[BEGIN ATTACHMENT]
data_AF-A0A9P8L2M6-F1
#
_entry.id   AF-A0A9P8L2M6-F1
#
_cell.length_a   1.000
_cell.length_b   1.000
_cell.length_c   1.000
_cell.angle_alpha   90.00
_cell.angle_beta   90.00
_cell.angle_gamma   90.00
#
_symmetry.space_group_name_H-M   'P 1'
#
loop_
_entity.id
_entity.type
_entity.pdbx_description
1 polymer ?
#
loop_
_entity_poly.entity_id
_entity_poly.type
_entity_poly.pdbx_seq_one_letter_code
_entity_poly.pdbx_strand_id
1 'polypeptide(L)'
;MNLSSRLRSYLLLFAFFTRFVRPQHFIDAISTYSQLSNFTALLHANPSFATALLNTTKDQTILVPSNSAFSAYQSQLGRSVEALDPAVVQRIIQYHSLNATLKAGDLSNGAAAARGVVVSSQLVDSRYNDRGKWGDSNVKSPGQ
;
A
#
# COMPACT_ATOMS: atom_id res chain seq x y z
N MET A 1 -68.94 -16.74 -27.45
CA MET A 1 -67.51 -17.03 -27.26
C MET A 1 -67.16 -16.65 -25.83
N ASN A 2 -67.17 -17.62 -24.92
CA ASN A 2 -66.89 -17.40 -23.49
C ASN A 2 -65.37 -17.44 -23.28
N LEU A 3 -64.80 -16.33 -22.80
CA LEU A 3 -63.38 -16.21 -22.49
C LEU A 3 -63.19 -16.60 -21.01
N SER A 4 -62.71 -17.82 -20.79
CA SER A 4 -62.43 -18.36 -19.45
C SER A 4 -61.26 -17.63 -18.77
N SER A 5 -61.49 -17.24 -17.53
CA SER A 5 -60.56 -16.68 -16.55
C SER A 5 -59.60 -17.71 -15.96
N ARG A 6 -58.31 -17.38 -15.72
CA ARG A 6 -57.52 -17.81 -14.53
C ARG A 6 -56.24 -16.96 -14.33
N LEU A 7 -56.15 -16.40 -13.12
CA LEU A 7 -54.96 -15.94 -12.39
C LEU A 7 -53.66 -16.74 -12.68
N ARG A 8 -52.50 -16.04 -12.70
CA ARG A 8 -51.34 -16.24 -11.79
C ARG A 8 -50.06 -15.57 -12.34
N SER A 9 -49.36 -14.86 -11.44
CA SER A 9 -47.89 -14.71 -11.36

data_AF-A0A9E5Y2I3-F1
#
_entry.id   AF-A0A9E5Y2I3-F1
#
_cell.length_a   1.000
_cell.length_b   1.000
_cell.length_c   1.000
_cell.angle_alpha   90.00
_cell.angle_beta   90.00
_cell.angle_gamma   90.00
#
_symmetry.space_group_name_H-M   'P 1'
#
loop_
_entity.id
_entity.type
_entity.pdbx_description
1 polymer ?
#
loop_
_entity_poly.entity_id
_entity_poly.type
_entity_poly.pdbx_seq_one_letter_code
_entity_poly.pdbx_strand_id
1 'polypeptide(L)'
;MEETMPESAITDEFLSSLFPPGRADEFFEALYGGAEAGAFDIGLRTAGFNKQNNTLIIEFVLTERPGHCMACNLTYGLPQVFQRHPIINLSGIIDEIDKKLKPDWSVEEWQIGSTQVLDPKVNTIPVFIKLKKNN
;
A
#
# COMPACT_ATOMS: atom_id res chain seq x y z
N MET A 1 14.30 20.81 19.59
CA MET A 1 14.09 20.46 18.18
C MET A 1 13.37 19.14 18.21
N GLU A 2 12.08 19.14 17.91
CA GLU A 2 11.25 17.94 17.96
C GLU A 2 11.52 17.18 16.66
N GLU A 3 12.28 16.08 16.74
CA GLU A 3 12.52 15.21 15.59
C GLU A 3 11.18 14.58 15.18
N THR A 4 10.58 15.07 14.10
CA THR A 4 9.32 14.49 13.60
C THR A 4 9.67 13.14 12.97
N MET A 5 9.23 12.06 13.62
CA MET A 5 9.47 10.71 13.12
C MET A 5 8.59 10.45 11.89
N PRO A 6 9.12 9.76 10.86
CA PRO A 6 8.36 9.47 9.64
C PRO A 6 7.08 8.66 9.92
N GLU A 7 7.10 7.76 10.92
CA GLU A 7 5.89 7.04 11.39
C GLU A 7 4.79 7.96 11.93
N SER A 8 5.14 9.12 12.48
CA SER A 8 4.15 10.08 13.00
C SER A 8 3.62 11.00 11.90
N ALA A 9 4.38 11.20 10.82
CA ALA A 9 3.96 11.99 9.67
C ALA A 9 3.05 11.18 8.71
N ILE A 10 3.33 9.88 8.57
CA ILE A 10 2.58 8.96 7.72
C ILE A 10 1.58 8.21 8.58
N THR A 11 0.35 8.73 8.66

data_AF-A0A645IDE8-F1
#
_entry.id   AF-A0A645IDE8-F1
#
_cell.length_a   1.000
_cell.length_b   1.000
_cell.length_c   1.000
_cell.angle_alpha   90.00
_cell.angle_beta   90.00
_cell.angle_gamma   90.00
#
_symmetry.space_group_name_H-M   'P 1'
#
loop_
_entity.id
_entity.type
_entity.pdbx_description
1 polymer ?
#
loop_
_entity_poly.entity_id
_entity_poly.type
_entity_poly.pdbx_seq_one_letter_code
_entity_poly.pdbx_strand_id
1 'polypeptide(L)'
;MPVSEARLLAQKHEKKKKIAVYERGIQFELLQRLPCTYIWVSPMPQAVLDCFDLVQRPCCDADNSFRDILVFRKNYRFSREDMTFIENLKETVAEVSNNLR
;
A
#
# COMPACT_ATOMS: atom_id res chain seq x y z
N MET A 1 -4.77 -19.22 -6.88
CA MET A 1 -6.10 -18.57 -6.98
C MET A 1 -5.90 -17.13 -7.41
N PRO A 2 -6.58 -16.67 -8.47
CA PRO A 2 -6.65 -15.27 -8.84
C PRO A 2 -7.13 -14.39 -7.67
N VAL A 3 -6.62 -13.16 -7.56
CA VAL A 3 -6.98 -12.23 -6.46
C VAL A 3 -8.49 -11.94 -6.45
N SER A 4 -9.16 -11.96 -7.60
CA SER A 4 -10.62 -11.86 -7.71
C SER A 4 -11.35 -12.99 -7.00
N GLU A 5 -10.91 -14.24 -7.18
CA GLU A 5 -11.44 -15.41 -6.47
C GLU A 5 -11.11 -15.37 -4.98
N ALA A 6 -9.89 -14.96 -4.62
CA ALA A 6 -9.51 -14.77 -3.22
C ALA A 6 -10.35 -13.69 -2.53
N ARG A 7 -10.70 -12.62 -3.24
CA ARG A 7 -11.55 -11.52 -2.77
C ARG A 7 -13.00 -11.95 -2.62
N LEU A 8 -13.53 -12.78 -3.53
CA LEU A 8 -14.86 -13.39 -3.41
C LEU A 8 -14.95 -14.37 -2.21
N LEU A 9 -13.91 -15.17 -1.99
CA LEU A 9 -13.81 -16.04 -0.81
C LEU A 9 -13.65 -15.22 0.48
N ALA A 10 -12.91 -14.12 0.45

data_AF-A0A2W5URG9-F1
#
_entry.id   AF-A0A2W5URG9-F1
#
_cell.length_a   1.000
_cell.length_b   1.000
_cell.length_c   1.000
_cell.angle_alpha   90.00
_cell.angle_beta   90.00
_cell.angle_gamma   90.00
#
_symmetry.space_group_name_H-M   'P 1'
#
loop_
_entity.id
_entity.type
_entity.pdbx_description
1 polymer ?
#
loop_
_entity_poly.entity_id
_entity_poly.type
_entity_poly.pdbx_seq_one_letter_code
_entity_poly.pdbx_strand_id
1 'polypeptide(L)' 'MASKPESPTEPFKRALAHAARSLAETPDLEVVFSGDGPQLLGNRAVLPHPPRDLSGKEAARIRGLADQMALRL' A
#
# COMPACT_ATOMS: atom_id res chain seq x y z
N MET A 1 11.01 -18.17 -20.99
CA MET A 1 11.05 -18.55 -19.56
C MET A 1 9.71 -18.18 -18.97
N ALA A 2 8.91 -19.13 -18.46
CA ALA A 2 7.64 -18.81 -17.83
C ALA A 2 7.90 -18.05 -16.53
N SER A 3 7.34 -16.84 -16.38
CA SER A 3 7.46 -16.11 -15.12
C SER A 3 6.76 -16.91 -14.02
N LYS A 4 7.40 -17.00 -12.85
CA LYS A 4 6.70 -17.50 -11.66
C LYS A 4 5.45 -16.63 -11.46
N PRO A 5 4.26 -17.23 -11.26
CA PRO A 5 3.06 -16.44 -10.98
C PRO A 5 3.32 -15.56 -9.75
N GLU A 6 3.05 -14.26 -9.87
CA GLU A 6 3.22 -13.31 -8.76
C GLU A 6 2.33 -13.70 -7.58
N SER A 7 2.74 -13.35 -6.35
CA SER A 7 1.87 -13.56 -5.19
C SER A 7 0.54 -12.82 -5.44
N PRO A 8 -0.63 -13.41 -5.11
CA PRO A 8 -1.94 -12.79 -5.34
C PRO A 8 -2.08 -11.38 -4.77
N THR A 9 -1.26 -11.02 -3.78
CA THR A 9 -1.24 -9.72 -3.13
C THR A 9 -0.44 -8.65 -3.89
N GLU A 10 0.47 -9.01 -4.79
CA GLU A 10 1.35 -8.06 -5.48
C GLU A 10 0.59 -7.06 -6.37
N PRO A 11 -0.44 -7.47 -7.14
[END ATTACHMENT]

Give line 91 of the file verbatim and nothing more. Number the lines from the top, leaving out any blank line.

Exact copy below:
CA GLU A 2 11.25 17.94 17.96